We travelled 150km inside the Arctic circle to check out the new mountaineering kit by Fjällräven.
It’s one o’clock in the morning. The howling mountain winds are battering into our refuge, and threatening to tear it from its very foundations. I’ve been drifting in and out of sleep for a number of hours now, kept awake by the violent gale that’s blowing outside. It’s grim up north, and I’m further north than I’ve ever been before.
Fjällräven have taken us 150km north of the Arctic circle to try out their brand new mountaineering range, the Bergtagen. The range, which features technical mountain clothing as far removed from their hipster Kånken bag as it’s possible to get, has been designed “for a life above the tree line.” Here in the Tarfala Valley, in the shadow of Sweden’s highest mountain Kebnekaise, trees are in short supply so we’ve definitely come to the right place to see what this kit can do.
The word ‘Bertagen’ comes from a long-lost Swedish expression that refers to how time spent in the mountains can leave you feeling spellbound, humbled, and changed. The range consists of a base layer, a work layer, a shell layer and an insulation layer. It has been designed in collaboration with an elite test team, including Sweden’s first mountain guide Stefan Palm and Fjällräven’s outdoor expert Johan Skullman.
On the subject of the range, Johan Skullman says “Mountain expeditions are a large part of Fjällräven’s history. Today, we’re continuing along in this vein with a well-thought-out clothing system that has a whole range of technical solutions. But none of this has come at a cost to our long-term thinking. We will always be true to what we believe in and the environments we want to spend time in.”
Waking up during what turned out to be just a brief respite from the wind, our group rouses itself with coffee, pastries, and porridge. While the guides plan the day ahead amongst themselves, clearly quite concerned by what’d be safe in such extreme weather conditions, we listen to talks from a number of the Fjällräven players who’ve joined us for the adventure. The loud wind peppers these talks with comedic interruptions, but it’s great getting an insight from the people who clearly care deeply for the brand and the products that they make.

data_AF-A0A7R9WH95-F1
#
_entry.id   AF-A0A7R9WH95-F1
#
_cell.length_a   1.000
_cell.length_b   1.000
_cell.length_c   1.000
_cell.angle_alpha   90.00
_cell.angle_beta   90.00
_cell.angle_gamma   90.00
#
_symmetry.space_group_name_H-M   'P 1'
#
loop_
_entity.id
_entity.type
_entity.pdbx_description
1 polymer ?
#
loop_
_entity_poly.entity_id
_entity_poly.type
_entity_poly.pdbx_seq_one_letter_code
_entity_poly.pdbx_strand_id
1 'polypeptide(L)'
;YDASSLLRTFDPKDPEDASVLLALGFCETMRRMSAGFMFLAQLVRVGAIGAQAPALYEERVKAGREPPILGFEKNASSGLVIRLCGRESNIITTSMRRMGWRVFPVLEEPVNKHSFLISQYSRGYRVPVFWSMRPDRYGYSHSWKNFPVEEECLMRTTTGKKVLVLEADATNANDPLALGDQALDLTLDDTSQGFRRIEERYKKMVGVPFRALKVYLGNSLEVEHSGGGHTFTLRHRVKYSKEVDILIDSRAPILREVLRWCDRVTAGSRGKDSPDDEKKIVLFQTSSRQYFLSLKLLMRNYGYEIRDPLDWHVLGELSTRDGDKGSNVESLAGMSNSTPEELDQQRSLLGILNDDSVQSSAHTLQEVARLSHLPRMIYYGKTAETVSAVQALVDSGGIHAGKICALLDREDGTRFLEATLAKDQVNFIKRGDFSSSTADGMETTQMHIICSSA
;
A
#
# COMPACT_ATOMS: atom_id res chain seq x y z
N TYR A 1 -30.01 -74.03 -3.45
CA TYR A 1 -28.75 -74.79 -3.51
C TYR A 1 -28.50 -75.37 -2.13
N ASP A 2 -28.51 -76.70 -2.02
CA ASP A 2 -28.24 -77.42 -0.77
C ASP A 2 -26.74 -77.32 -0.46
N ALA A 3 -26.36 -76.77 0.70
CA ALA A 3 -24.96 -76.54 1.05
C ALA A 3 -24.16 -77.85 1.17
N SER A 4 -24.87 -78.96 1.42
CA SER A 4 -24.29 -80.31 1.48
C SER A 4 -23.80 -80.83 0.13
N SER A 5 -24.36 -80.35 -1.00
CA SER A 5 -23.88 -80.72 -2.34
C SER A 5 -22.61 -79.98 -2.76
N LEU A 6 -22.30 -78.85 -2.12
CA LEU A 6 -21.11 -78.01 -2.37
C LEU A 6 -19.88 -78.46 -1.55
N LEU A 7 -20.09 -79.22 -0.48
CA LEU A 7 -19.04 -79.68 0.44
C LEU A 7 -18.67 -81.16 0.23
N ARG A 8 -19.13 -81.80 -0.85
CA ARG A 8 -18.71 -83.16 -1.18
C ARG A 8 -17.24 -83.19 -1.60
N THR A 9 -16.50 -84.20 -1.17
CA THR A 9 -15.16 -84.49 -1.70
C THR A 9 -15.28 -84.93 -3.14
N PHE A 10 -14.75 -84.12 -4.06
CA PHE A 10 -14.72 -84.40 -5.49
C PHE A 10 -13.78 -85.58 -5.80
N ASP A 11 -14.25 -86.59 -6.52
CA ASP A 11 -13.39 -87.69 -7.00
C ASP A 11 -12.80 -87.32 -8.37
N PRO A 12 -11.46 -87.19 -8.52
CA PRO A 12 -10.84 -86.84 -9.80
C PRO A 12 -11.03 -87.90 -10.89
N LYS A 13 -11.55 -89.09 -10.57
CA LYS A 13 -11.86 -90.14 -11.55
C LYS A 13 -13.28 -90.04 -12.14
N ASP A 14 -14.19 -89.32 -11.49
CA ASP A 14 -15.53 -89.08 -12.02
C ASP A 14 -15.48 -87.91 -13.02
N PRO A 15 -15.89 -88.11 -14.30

“As a company, we’re proud to have phased out fluorocarbons in 2015,” Martin Axelhed, Fjällräven CEO, tells us.
For everyone present, it’s obvious that minimising environmental impact and maximising sustainability are central to the brand’s approach. This gets underlined by Christine Dolva, Head of Sustainability and someone who’s taken a refreshingly hands-on approach with how Fjällräven source their wool, when she says “If you make yourself part of the process and engage with the shearing, and the animal’s welfare, and see every aspect of it – you soon learn to appreciate the true value of sustainability.”
After listening to an overview of the gear’s features, and learning that the garments’ reinforcements are made of recycled nylon (there’s that sustainability again), we’re packing up our 38 litre Fjällräven Kaipak backpack, splitting ourselves into groups of three and four, and heading up to the glaciers with our Swedish Mountain Guides.